All essential information should be contained in two data files, one for raw data and a second with the essential information regarding the associated analysis. (Left) Structure of proposed data file formats containing confocal or TIRF raw data in a time-tagged, TT, or time-tagged time-resolved, TTTR, format together with sample- and experiment-specific metadata (for details, see Figure 8). The measurement specifications are needed by the reading routine to reconstruct the photon trace from the stored data, for example, for timing in the TT format (sampling frequencies expressed as time bins or frame rates) or in the TTTR format (laser repetition rates, time binning in time-correlated single-photon counting). Moreover, the detector that measured the signal is noted (detector #) along with the detection time with a given time resolution. For representing the detection time of single photons in time-resolved smFRET studies, the TTTR format is used where the time corresponds to the sum of the macro time and the nano time (upper left panel). The macro time comprises multiple cycles of excitation laser pulses (blue vertical lines) and the nano time is determined by time-correlated single-photon counting with picosecond resolution. The TTTR format is the most compact data format for single-molecule fluorescence data for detection times with picosecond time resolution and macro-times of hours (Felekyan et al., 2005). The representation of the photon detection of intensity-based and imaging-based smFRET studies is in the TT format, where the macro-time comprises multiples of the external clock pulse or readout cycles, where single or several photons were detected. The stack of TIFF images acquired in TIRF measurements (lower left panel) is transformed into the TT format for analyzing photon time traces for selected spots. (Middle) For the corresponding data file, a metadata system as implemented in the Photon-HDF5 file format (Ingargiola et al., 2016a) is suggested. (Right) The analysis file should contain the determined parameters obtained by a quantitative analysis together with analysis metadata that assure evaluation, reproducibility, and re-usability of the analysis. The processed data should be documented as outlined in Figure 8D.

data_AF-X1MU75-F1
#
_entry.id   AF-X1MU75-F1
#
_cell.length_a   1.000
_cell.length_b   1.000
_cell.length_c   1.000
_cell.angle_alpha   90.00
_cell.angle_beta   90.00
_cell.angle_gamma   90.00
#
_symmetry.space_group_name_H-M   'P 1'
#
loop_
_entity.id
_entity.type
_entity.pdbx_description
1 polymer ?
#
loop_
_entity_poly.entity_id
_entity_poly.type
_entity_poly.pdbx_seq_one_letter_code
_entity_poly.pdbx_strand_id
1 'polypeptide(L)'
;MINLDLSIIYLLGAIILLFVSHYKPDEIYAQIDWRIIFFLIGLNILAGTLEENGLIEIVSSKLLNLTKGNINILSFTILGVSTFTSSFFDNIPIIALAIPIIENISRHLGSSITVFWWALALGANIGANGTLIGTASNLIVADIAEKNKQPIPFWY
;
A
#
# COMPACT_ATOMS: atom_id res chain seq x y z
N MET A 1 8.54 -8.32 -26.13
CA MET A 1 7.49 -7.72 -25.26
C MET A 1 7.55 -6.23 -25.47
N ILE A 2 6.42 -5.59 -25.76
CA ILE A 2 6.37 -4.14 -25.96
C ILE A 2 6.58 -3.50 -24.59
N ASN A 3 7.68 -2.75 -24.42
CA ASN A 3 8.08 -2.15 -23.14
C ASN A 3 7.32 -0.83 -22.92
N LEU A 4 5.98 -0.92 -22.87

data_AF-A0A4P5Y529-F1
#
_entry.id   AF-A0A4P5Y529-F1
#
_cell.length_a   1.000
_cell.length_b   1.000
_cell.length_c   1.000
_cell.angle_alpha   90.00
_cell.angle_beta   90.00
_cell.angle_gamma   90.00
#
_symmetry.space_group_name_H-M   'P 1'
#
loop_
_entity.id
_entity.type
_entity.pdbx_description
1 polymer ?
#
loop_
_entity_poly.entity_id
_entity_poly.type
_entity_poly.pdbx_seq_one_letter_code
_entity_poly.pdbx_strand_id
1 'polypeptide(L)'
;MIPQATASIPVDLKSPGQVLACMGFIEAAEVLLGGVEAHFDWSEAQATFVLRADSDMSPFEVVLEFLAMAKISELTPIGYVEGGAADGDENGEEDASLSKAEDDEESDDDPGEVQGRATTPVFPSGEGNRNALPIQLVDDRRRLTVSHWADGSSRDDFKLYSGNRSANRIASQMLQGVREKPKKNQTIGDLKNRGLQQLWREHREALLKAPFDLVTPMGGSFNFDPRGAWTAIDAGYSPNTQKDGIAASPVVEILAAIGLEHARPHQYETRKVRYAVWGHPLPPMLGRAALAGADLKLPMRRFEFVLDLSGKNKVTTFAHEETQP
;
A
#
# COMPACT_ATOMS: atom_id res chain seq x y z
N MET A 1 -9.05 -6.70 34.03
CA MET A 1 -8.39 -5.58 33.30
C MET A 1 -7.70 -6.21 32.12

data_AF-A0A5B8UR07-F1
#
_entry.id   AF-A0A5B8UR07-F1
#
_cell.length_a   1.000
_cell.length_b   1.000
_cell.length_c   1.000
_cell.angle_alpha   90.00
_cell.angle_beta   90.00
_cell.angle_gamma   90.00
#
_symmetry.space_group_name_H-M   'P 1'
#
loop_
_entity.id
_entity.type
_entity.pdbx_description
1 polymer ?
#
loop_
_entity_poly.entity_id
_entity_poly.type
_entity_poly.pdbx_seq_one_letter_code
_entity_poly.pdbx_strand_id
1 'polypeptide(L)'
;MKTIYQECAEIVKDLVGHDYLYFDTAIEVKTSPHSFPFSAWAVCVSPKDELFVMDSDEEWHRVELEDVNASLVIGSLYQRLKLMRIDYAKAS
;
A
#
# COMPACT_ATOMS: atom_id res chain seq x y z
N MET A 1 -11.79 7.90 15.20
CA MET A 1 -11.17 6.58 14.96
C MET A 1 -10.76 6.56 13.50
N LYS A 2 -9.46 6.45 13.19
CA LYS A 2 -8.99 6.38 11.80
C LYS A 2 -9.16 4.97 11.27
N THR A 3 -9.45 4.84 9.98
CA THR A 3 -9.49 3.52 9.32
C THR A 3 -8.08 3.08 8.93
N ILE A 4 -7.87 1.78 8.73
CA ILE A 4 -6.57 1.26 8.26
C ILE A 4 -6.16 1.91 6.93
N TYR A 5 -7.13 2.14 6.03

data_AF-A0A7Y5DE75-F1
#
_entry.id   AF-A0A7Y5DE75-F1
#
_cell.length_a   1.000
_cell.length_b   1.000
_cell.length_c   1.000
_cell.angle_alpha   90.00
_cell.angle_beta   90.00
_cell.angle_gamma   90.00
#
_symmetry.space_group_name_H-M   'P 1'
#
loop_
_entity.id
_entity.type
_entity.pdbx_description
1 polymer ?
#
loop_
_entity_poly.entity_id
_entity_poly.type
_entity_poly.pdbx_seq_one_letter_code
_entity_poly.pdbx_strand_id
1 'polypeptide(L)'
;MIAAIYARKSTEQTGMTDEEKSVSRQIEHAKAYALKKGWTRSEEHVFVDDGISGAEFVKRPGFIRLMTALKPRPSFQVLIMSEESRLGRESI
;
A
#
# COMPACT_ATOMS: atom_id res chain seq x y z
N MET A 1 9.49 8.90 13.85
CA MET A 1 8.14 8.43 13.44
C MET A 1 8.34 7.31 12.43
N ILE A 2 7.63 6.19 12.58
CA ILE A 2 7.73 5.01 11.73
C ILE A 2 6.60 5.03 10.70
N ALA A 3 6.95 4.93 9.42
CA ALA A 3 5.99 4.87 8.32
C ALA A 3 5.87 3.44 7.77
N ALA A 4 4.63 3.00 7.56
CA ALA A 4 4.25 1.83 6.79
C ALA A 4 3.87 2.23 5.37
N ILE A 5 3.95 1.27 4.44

File formats for (time-correlated) photon counting with point-detector data (confocal modality)

Several formats have been used and reported for time-correlated single-photon counting data (Brand et al., 1997; Brooks Shera et al., 1990; Eggeling et al., 2001; Felekyan et al., 2005; Rigler et al., 1993; Schaffer et al., 1999; Tellinghuisen et al., 1994; Wahl et al., 2008; Widengren et al., 2006). One example is the time-tagged time-resolved (TTTR) file format given in the left panel of Figure 7. Because of its compactness, this file format has been widely adopted by commercial companies (e.g., Becker and Hickl and PicoQuant) providing TCSPC electronics and point detectors for solution/imaging studies.

The basic formats have been extended in the Photon-HDF5 (Ingargiola et al., 2016a) file format that connects rich metadata with the raw photon information in a single, space-efficient format suitable for sharing and long-term data archival. Moreover, several software programs exist that can easily transform raw data files to the Photon-HDF5 format. Once enough metadata is available in the community, the relative importance of particular metadata entries on the resulting FRET data can be assessed.

File format for camera-based acquisition (wide-field/TIRF modality)

Camera-based data is acquired as a stack of images (e.g., TIFF). To extract time trajectories, several steps are needed to yield the time-binned fluorescence intensity (e.g., spot identification; donor and acceptor spot registration; thresholding; background subtraction, etc.). A file format for TIRF-based smFRET (immobilized) measurements has been proposed (Greenfeld et al., 2015). Alternatively, human-readable plain text files with an agreed format and greatly downsized from the raw TIFF stacks can also work well for TIRF-based smFRET traces. Binary file formats for efficient data compression have also been implemented (Juette et al., 2016).

Exchange file format for processed data